ARC REVIEW: Until The Day I Die – by Emily Carpenter

Title: Until The Day I Die
Author: Emily Carpenter
Genre: Mystery, Thriller, Fiction
First published: March 12th 2019
Publisher: Lake Union Publishing
Finished reading: February 11th 2019
Pages: 325

“When energy flows from one place to another, it may change forms, but it’s never destroyed. It’s the same with sadness, I’ve discovered. You can’t get rid of it.”

*** A copy of this book was kindly provided to me by Netgalley and Lake Union Publishing in exchange for an honest review. Thank you! ***

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I have been meaning to try more of Emily Carpenter‘s work ever since I read The Weight Of Lies. It took me longer than expected, but between the gorgeous cover and the intriguing blurb I found the perfect excuse to read her newest upcoming title Until The Day I Die. I bet Caribbean paradise and death are not exactly the first association you will make, but the cover and title fit this story perfectly. Until The Day I Die is a very unconventional read and I’m still trying to wrap my head around what I actually think of this story. The plot is very original and it is one of those stories that is really hard to place in just one genre. College experience? Grief and moving on? Family focused? Mental health? Geeky elements? Conspiracy? Crime? Dystopian feel? Survival? International setting? Somehow all of these elements and more are squeezed into one story, and somehow they all seem to fit together. I do have to say that this was a slowburner for me and the first half tended to drag a bit in parts. The second half was a lot faster, mostly because we get more island scenes and the college location is mostly put in the background. I liked Erin’s POV better than Shorie’s, mostly because I wasn’t expecting a YA/college feel POV in this story and the college cliches distracted from the more interesting parts of the plot. The lack of connection to the characters didn’t help either… But I can’t deny the part set in the Caribbean and the whole conspiracy plot is fascinating. I can definitely understand the Lord Of The Flies inspiration! This has been a difficult review to write, especially since even after a few days I have still been unable to pinpoint exactly why I wasn’t as blown away with this story as I thought I would. If you are looking for something different to read, a story that mixes women’s fiction with a good and honest crime thriller with a tropical setting, Until The Day I Die would be a perfect fit.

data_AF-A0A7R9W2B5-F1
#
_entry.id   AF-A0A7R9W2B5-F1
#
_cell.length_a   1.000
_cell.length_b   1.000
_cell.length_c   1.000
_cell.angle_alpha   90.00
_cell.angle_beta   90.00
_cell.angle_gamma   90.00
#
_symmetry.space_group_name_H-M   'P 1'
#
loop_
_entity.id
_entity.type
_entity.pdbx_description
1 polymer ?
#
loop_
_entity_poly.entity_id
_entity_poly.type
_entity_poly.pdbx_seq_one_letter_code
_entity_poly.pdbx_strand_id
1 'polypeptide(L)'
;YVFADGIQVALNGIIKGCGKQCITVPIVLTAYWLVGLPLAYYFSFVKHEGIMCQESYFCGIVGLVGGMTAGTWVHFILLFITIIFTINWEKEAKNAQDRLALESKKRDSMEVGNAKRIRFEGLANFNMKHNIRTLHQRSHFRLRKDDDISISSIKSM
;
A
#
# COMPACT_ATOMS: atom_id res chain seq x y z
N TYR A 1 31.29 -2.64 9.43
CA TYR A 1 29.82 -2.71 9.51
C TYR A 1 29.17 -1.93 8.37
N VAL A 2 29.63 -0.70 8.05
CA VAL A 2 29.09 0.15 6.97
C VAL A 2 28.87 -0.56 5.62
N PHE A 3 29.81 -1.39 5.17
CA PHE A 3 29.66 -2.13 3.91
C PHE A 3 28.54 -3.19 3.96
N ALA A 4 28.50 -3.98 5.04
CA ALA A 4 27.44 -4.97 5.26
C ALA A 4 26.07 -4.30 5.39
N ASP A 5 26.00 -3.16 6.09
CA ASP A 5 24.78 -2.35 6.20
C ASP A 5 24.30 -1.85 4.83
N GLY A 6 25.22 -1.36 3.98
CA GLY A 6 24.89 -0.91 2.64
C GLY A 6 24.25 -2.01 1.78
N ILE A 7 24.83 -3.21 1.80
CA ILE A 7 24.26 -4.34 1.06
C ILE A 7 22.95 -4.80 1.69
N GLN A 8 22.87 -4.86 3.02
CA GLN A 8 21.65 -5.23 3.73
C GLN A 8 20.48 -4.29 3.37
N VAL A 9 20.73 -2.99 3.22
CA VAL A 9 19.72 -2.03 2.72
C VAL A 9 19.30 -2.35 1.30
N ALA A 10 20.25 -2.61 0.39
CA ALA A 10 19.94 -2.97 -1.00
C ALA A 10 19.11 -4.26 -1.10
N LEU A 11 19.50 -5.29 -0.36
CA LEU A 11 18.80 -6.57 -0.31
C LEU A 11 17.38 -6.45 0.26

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Erin and her daughter Shorie have been grieving their husband and father, who suddenly died in a car accident. It has been a difficult few months and both seem to be growing apart… Erin slipping away as she is being overwhelmed by her work running their app company Jax the couple build with their best friends. She hasn’t been caring for herself and the people close to her have noticed… Meanwhile, Shorie doesn’t want to go to college, preferring to keep close to her father’s memory by working at Jax. She is sent off to college anyway, even though Shorie is worried about her mother’s mental state as well as the company. Especially as her family decide to send her mother to a resort on a remote Caribbean island to recover…